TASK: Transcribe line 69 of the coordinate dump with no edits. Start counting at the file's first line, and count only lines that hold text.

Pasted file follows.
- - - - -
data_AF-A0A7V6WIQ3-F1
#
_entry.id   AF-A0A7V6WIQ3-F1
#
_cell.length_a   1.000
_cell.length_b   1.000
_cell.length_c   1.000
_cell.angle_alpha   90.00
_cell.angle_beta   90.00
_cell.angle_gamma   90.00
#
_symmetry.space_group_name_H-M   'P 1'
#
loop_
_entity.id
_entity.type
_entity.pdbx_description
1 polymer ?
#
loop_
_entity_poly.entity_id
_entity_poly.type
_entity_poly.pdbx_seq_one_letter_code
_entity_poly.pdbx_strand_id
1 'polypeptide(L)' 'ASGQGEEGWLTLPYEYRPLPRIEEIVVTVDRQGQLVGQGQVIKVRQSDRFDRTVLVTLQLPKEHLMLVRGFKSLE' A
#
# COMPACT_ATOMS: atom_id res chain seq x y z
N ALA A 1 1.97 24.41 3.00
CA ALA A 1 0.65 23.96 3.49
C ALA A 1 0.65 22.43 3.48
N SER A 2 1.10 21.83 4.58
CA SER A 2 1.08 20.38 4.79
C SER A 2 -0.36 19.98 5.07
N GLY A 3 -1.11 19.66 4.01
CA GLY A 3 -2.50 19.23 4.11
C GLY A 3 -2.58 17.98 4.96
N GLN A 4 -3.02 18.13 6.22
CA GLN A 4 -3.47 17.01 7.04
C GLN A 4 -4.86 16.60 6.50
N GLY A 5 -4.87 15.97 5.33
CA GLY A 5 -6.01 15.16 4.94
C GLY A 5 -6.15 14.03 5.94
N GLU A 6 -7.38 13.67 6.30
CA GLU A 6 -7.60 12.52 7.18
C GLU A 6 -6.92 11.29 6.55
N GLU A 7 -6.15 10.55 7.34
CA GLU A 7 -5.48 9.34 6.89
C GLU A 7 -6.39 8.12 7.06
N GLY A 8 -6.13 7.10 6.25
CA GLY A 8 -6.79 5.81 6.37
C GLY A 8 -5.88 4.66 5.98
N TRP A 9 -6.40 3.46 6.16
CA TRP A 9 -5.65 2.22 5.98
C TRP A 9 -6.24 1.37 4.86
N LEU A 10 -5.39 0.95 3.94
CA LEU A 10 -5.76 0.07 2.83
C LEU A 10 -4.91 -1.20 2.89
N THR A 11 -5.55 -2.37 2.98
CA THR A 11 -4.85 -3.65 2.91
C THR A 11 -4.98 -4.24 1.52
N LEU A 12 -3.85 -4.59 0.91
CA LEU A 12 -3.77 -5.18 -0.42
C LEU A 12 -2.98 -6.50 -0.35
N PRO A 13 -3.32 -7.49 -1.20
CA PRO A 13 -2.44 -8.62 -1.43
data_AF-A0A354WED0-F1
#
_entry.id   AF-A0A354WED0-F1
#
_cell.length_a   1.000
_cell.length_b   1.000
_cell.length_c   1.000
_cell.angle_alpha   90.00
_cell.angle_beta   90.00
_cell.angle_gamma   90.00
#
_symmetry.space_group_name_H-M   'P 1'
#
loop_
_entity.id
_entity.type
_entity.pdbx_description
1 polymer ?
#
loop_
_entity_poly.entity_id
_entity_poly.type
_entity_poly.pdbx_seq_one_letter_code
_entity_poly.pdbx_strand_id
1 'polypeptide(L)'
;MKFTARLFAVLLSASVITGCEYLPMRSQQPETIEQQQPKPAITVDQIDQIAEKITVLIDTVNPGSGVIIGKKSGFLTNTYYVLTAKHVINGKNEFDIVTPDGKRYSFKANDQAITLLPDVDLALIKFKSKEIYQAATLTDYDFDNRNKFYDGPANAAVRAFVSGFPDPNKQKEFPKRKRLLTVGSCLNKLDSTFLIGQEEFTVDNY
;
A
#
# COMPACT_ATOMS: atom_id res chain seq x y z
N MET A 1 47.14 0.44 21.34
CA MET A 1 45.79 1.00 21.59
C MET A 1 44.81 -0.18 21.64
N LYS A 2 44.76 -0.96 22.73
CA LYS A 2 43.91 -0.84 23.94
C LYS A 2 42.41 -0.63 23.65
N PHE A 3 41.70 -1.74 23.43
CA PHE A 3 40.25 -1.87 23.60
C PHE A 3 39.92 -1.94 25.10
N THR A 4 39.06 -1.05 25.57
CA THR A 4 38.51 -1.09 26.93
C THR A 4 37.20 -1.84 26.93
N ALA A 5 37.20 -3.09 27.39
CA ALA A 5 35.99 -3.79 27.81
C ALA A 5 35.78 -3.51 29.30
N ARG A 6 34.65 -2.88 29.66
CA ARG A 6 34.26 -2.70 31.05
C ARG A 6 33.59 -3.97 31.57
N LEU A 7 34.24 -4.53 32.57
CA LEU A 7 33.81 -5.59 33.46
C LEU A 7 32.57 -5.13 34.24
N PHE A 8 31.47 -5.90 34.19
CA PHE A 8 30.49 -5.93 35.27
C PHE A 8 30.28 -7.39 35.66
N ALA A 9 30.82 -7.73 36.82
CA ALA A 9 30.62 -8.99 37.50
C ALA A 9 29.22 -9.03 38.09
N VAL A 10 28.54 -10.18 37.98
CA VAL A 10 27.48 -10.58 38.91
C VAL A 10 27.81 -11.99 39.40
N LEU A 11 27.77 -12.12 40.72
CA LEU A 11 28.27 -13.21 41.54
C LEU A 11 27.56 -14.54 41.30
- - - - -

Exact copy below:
#